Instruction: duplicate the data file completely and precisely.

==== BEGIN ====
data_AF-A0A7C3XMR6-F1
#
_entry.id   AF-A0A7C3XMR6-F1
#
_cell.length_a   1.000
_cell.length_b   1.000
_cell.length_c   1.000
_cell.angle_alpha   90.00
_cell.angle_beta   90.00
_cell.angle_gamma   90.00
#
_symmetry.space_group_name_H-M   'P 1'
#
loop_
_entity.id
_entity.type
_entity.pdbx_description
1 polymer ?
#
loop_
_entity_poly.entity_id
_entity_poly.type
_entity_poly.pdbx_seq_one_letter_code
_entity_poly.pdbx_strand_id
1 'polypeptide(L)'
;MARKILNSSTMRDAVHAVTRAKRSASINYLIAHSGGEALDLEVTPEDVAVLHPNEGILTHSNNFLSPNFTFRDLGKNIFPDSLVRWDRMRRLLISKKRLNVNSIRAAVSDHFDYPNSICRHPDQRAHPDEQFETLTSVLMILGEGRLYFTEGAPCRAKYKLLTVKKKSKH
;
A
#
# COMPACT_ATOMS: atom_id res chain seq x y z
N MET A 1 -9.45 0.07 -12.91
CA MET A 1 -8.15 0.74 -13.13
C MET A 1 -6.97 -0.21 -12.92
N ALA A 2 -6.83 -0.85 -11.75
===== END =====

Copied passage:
data_AF-A0A7C3XMR6-F1
#
_entry.id   AF-A0A7C3XMR6-F1
#
_cell.length_a   1.000
_cell.length_b   1.000
_cell.length_c   1.000
_cell.angle_alpha   90.00
_cell.angle_beta   90.00
_cell.angle_gamma   90.00
#
_symmetry.space_group_name_H-M   'P 1'
#
loop_
_entity.id
_entity.type
_entity.pdbx_description
1 polymer ?
#
loop_
_entity_poly.entity_id
_entity_poly.type
_entity_poly.pdbx_seq_one_letter_code
_entity_poly.pdbx_strand_id
1 'polypeptide(L)'
;MARKILNSSTMRDAVHAVTRAKRSASINYLIAHSGGEALDLEVTPEDVAVLHPNEGILTHSNNFLSPNFTFRDLGKNIFPDSLVRWDRMRRLLISKKRLNVNSIRAAVSDHFDYPNSICRHPDQRAHPDEQFETLTSVLMILGEGRLYFTEGAPCRAKYKLLTVKKKSKH
;
A
#
# COMPACT_ATOMS: atom_id res chain seq x y z
N MET A 1 -9.45 0.07 -12.91
CA MET A 1 -8.15 0.74 -13.13
C MET A 1 -6.97 -0.21 -12.92
N ALA A 2 -6.83 -0.85 -11.75